It may sound “a little crazy” but “why not after all?” said a resident in the Auditorium of the Lycée technique and hotelier of Monaco. Monday night, Franck Lobono, spokesperson of the collective of the inhabitants of the Gardens d’Apolline, suggested the idea of installing a boat moored at Port Hercule to house the ship wrecked Apolline. “So, of course, this is not a solution – even a temporary one – for families with children, but singles or couples could perhaps accept it,” Lobono explains.
The Sovereign went to the residence to learn about the situation affecting 800 people
On Tuesday at noon, Prince Albert II scheduled a moment to go to the Jardins d’Apolline. Twice, the Sovereign has recently expressed himself on the major health and structural problems that affect this building. A visit to understand and to listen to the representatives of an association that brings together the 800 residents of the building. In the technical room of the building, the Sovereign, accompanied by the Minister of State and part of the government, was briefed on the work in progress.
Drinking water by mid-July?
For the time being, new valves are being installed on the water network for a “commando action” explained Olivier Lavagna, Director of Public Works, to the Sovereign. Following the installation of a filtration system (for iron) and UV sterilization (for bacteria), “The objective is to return to potable water by mid-July,”
If the failure of the grids is responsible for the current crisis situation, the moisture on the floors of the building comes from defective waterproofing of the shower trays in half of the apartments.
The sovereign continued his visit in the family apartment of a resident, currently under construction, who were relocated to two floors lower, during time of construction. The floors of the rooms were dismantled, routes were made in walls and ceilings to divert the networks and clean up the premises.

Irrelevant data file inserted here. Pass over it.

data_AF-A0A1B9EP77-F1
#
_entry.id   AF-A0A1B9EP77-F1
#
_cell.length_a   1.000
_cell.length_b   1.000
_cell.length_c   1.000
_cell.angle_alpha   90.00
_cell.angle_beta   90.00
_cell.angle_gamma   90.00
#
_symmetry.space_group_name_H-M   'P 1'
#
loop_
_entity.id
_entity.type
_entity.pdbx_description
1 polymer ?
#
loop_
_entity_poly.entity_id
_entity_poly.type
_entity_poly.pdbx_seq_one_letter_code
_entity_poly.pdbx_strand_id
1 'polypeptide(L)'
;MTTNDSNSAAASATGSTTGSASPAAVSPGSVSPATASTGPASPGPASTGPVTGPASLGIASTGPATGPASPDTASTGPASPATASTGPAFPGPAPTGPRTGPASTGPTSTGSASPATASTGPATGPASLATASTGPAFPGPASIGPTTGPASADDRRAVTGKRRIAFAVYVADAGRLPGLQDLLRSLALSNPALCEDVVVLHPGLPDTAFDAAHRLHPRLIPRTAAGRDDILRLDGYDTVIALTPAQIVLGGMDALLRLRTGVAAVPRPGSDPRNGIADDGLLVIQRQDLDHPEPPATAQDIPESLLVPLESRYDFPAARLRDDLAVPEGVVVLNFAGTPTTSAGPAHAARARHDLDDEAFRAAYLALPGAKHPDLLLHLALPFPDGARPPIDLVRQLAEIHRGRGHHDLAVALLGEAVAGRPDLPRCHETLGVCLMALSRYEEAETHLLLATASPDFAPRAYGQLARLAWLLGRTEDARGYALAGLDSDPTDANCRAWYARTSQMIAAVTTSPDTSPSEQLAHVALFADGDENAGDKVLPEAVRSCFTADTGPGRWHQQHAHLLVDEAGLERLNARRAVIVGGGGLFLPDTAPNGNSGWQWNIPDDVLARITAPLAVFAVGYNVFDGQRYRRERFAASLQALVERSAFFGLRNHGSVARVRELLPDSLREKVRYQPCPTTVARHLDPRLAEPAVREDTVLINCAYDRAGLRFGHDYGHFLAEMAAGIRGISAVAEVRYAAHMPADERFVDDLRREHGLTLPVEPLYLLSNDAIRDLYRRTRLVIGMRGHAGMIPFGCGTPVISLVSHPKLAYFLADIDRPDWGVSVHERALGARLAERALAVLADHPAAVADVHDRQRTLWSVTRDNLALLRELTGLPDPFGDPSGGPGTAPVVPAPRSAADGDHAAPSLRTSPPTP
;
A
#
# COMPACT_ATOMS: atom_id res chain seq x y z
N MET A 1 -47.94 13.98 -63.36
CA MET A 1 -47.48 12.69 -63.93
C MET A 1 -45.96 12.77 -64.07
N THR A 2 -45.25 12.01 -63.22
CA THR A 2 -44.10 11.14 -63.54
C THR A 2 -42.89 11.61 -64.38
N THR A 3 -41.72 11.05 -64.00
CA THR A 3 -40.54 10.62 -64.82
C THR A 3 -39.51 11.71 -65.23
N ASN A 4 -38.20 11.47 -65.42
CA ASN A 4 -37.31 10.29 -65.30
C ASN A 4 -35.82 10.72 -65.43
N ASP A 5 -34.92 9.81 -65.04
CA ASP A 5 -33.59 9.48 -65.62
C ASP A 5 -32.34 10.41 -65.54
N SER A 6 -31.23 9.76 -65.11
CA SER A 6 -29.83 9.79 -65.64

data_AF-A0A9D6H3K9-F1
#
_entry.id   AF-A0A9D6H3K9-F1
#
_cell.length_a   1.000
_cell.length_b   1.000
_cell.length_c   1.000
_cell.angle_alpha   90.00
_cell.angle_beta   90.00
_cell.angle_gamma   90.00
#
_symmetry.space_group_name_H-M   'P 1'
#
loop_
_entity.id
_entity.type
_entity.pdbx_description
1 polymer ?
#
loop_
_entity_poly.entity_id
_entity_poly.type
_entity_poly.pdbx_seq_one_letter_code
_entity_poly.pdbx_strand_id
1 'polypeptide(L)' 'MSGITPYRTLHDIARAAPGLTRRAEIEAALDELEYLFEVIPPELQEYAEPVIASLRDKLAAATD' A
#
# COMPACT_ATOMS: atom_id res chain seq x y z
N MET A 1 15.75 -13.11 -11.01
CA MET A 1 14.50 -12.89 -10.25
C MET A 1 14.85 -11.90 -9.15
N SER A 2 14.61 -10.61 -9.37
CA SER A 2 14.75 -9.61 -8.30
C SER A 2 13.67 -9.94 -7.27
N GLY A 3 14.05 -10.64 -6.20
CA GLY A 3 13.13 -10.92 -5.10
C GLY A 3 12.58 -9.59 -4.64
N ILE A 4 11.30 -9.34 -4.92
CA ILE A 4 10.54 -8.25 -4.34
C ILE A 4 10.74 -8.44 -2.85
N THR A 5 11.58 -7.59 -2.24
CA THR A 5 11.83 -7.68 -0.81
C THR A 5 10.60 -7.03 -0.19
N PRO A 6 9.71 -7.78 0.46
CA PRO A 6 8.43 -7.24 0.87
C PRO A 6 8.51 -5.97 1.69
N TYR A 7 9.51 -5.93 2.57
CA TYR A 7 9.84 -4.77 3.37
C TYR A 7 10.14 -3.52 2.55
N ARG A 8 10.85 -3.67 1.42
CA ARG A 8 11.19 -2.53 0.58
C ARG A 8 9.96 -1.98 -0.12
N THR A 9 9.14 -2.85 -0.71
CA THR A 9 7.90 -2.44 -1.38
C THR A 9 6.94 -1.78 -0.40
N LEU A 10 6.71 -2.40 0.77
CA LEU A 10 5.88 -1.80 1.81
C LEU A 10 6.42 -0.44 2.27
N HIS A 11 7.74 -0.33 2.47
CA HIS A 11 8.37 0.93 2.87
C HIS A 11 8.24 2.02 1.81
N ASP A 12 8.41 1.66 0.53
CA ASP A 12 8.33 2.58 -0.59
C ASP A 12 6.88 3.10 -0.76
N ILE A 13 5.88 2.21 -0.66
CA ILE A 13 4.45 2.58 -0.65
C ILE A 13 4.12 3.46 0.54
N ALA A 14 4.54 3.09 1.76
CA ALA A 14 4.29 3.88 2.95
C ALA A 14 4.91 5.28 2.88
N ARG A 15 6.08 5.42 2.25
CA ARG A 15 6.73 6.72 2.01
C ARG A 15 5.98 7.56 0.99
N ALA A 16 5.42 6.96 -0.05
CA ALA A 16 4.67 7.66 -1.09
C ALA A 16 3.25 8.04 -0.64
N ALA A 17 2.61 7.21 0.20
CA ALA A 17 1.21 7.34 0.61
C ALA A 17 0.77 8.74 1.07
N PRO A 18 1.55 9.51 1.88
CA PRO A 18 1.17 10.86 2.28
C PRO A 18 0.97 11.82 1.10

A delegate to the case
During the visit, the sovereign exchanged with members of the Jardins d’Apolline Residents Association, who proposed some solutions to the residents’ looming relocation. “It needs to be done case by case,” assured Prince Albert II, aware that the situation for each home will be different. A mission that should be entrusted to an interministerial delegate who is to be appointed on Friday to take charge of the file. It will most likely be Albert Croesi.
Legionella Bacteria in the water at ‘L’Île aux Bambins’ Nursery
Water was tested at the ‘L’Île aux Bambins’ nursery, in the building ‘Helios’, located in the extension of the Jardins d’Apolline. A bacteria that has no connection with the disaster caused by the pipelines of the neighboring complex, Jardins d’Apolline, but which adds a little more concern to residents. Bacteria in the water taken from the nursery on the 19th of June is 5.3 times higher than the authorized threshold. Immediately “the shower heads were disassembled, the network was purged and anti-legionella filters were installed.” Said Jean-Michel Cucchi, chairman of the housing commission in the National Council. “We ask that analyzes be carried out at the Helios building and that a medical watch unit be set up by the Directorate of Health Affairs at the CHPG for all potentially affected persons. Thoughts go out to the families of the Jardins d’Apolline who placed their children at the ‘L’Île aux Bambins’…”.